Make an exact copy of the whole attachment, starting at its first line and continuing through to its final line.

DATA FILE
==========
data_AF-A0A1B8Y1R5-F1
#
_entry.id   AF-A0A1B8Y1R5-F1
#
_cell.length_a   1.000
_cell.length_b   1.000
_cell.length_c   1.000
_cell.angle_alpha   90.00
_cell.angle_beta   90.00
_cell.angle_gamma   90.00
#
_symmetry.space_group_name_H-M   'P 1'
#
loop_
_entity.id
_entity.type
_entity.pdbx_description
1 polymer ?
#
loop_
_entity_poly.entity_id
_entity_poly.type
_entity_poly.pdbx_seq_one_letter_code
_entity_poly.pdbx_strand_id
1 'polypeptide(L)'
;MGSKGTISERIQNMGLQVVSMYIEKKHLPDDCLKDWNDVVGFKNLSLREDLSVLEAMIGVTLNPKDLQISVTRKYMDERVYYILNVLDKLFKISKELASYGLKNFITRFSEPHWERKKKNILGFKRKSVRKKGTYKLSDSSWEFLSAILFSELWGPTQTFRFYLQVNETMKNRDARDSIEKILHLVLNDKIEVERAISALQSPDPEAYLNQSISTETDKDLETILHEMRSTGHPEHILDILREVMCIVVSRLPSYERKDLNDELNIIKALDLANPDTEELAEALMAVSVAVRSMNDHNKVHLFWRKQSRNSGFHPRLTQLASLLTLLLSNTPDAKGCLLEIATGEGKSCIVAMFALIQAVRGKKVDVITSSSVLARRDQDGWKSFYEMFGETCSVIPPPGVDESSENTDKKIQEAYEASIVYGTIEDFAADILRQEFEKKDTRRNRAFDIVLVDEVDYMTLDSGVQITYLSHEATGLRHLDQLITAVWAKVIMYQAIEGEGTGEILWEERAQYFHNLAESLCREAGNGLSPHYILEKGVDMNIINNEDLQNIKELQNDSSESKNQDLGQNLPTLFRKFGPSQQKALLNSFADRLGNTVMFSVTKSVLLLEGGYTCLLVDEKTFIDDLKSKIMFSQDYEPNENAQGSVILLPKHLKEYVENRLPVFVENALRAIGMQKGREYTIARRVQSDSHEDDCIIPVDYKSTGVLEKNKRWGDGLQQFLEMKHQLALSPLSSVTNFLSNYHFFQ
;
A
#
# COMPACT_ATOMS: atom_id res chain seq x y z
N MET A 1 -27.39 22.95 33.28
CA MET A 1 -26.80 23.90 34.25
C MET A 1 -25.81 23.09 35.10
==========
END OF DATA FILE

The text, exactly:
data_AF-A0A1B8Y1R5-F1
#
_entry.id   AF-A0A1B8Y1R5-F1
#
_cell.length_a   1.000
_cell.length_b   1.000
_cell.length_c   1.000
_cell.angle_alpha   90.00
_cell.angle_beta   90.00
_cell.angle_gamma   90.00
#
_symmetry.space_group_name_H-M   'P 1'
#
loop_
_entity.id
_entity.type
_entity.pdbx_description
1 polymer ?
#
loop_
_entity_poly.entity_id
_entity_poly.type
_entity_poly.pdbx_seq_one_letter_code
_entity_poly.pdbx_strand_id
1 'polypeptide(L)'
;MGSKGTISERIQNMGLQVVSMYIEKKHLPDDCLKDWNDVVGFKNLSLREDLSVLEAMIGVTLNPKDLQISVTRKYMDERVYYILNVLDKLFKISKELASYGLKNFITRFSEPHWERKKKNILGFKRKSVRKKGTYKLSDSSWEFLSAILFSELWGPTQTFRFYLQVNETMKNRDARDSIEKILHLVLNDKIEVERAISALQSPDPEAYLNQSISTETDKDLETILHEMRSTGHPEHILDILREVMCIVVSRLPSYERKDLNDELNIIKALDLANPDTEELAEALMAVSVAVRSMNDHNKVHLFWRKQSRNSGFHPRLTQLASLLTLLLSNTPDAKGCLLEIATGEGKSCIVAMFALIQAVRGKKVDVITSSSVLARRDQDGWKSFYEMFGETCSVIPPPGVDESSENTDKKIQEAYEASIVYGTIEDFAADILRQEFEKKDTRRNRAFDIVLVDEVDYMTLDSGVQITYLSHEATGLRHLDQLITAVWAKVIMYQAIEGEGTGEILWEERAQYFHNLAESLCREAGNGLSPHYILEKGVDMNIINNEDLQNIKELQNDSSESKNQDLGQNLPTLFRKFGPSQQKALLNSFADRLGNTVMFSVTKSVLLLEGGYTCLLVDEKTFIDDLKSKIMFSQDYEPNENAQGSVILLPKHLKEYVENRLPVFVENALRAIGMQKGREYTIARRVQSDSHEDDCIIPVDYKSTGVLEKNKRWGDGLQQFLEMKHQLALSPLSSVTNFLSNYHFFQ
;
A
#
# COMPACT_ATOMS: atom_id res chain seq x y z
N MET A 1 -27.39 22.95 33.28
CA MET A 1 -26.80 23.90 34.25
C MET A 1 -25.81 23.09 35.10